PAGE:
Celebrated inside and outside of Ireland, it is considered a religious and cultural holiday. In the dioceses of Ireland, it is both a solemnity and a holy day of the obligation it is also a celebration of Ireland itself. It is not a national holiday. We celebrate it also with green beer, in some places they make the river green for the day. Parades, four-leaf clovers and leprechauns all come to mind for me on this day.
In conjunction with the 17th March, a day well known around the world, I thought, why not make the Boxty Pancakes? These are an old tradition that likely came about along the time of the potato famine to stretch the potato. Made almost entirely of potatoes with not too not much flour. Boxty is not like any other pancake. My Irish Grandma made these for her children, and my Dad continued with the tradition in our house. Boxty was well enjoyed, being a potato lover I especially took a liking to them, and as soon as I learnt how to cook, I began to make them myself.
A very outdated little lyric that Mum and I would sing while preparing Boxty pancakes. Truly outdated but I will share it with you in jest, not to be taken seriously, although it shows just how easy they are to make.
Boxty on the griddle,
Boxty in the pan,
If you can't make Boxty,
You'll never get a man.
I have passed this recipe to my daughter. She has never sung the lyrics to her children. It wasn’t fitting as she has 3 boys, but the pancakes still get made with much love. I mean, who does not love potatoes?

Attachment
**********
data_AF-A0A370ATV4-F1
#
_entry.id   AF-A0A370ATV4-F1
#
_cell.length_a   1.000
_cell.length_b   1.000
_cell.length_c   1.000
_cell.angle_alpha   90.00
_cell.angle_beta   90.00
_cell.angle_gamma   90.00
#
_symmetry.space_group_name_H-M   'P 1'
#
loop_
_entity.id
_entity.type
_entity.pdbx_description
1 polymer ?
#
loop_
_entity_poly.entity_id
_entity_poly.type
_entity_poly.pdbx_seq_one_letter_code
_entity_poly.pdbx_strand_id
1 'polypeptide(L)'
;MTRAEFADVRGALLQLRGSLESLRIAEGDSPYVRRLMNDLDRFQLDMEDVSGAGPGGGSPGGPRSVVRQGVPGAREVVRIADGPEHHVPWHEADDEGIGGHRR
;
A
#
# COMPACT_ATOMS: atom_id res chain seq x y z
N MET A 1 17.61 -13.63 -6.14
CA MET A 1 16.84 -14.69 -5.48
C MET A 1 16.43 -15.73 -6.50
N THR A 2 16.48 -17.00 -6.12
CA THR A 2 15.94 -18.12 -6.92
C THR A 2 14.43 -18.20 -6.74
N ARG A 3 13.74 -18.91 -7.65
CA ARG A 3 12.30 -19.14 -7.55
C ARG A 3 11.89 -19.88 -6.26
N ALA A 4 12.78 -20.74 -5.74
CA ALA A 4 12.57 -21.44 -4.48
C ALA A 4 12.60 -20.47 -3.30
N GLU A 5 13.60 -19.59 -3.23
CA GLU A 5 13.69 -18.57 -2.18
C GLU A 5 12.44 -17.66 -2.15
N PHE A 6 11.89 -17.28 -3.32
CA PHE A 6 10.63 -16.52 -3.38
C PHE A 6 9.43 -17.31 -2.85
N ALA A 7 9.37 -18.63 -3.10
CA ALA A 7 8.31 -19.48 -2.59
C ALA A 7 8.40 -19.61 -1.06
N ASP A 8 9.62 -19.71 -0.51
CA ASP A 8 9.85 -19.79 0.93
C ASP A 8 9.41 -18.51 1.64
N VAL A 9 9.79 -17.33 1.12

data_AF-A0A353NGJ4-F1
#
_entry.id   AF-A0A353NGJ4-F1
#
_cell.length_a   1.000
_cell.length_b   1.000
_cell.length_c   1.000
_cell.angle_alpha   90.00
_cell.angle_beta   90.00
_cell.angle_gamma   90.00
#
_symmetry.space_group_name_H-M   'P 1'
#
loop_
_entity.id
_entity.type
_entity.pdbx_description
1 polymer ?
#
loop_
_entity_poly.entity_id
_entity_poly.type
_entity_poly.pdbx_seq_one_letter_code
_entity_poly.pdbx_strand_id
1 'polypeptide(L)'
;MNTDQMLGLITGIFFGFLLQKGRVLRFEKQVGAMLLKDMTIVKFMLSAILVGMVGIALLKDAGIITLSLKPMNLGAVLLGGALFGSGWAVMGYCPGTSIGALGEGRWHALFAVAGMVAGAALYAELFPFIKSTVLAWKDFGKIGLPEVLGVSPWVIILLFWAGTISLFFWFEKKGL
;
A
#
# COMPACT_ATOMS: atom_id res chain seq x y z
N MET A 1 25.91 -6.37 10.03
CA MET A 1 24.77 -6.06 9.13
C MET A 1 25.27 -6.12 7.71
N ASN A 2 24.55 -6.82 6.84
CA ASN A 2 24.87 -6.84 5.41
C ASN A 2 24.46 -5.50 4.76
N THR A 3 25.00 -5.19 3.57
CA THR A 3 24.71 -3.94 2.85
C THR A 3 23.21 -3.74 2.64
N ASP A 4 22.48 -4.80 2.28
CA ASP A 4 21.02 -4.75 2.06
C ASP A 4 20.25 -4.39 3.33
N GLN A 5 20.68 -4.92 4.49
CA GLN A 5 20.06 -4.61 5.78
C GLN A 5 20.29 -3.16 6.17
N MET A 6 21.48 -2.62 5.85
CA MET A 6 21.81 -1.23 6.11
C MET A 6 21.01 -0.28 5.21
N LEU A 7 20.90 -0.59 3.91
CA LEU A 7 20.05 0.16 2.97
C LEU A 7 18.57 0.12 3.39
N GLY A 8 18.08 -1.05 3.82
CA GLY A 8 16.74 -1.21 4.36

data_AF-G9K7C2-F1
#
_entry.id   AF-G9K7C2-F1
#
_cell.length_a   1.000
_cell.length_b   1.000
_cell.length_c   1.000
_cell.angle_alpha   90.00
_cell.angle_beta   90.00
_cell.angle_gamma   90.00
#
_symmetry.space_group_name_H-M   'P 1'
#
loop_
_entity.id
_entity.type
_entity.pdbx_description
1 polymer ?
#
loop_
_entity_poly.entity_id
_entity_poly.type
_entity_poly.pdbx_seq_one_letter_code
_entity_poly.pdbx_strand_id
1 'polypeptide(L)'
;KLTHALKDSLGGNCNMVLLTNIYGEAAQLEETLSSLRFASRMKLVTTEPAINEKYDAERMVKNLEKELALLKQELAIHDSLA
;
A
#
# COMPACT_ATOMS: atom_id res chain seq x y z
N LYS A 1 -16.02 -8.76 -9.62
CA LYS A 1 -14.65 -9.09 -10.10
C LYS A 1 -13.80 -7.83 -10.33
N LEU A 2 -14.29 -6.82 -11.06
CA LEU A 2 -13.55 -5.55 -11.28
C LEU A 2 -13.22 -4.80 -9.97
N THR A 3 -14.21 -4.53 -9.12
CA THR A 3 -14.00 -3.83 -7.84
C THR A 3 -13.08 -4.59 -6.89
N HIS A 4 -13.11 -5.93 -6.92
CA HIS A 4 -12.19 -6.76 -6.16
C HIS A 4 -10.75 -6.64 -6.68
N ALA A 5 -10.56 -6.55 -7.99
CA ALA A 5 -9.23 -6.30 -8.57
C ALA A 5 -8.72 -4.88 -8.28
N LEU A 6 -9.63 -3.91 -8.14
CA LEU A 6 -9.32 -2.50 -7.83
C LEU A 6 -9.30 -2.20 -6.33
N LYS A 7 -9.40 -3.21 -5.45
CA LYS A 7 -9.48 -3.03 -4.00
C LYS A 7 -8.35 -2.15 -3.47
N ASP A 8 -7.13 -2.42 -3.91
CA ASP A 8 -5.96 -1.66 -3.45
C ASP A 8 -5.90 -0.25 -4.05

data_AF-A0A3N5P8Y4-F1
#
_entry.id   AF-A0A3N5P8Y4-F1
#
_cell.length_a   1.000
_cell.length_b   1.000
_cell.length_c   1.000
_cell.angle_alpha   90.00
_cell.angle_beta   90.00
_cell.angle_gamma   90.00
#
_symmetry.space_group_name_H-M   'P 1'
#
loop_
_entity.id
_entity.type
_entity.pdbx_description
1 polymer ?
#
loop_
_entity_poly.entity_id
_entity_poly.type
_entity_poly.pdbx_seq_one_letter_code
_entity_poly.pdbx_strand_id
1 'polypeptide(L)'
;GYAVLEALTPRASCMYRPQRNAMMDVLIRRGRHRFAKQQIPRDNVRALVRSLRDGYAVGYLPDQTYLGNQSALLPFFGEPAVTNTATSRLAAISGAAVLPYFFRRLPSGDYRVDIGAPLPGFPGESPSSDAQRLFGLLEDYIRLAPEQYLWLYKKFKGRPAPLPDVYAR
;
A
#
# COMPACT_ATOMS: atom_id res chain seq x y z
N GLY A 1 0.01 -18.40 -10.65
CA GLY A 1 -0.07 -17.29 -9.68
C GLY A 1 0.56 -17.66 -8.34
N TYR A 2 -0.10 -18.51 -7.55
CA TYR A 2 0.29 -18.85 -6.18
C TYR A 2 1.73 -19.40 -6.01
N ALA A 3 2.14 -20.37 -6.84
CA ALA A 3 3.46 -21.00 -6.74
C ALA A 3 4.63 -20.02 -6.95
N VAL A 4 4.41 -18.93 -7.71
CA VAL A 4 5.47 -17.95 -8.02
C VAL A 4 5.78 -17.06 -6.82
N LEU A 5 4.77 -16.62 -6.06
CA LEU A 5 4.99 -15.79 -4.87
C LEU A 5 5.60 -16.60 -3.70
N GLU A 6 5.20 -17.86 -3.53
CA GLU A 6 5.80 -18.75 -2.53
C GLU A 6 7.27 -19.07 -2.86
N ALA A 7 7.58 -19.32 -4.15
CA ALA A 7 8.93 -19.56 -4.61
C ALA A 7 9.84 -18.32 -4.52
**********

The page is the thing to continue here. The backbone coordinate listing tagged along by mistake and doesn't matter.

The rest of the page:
My mum would always tell me to take the time to read the recipe first before I started baking it. I must say they were very wise words. As at the beginning I would just read the ingredients and go forth with a burst of energy, then find out because I had not read the recipe all the way through it was not done right, sometimes I would even leave some of the ingredients out, so I started taking her words of wisdom, got all the ingredients out read the recipe all the way through and did not have any more problems in the kitchen. Mum does always know best it seems.
Fun fact. I found 42 famous chefs listed from Ireland, although there could be plenty more.
1 cup raw grated potato
1 cup mashed potato (Make extra as it is needed for a group)
1 cup flour
2 tsp baking powder
2 tsp salt
2 eggs beaten
1/4 cup mil
Butter or oil for frying.
Place the raw grated potato in a cloth and twist to remove excess moisture. Combine flour with the raw mixture and mashed potato and the eggs. Add enough mix to make a batter now the extra mashed potato on the side roll the batter in it to make the patties. Heat skillet and add butter or oil. Drop potato batter by the tablespoon in the hot pan. Brown both sides about 4 minutes per side. You can butter each Boxty and serve hot and you can add your own topping if you have a sweet tooth, i.e. Pancake syrup, Maple syrup.
Preparation time about 30 minutes.
I rate this as 1/2 teaspoon out of 1 tablespoon.
If you noticed the size of the recipe box, I had asked my husband to make me a recipe box a long time ago, and when he presented this, I thought this was enormous why did he make it this big? Then when I started putting my recipes in the box. I sure figured out fast, as it was exactly the size I needed for my recipes. So all my recipes are now in this beautiful box that he made me. Another wonderful keepsake to have from him.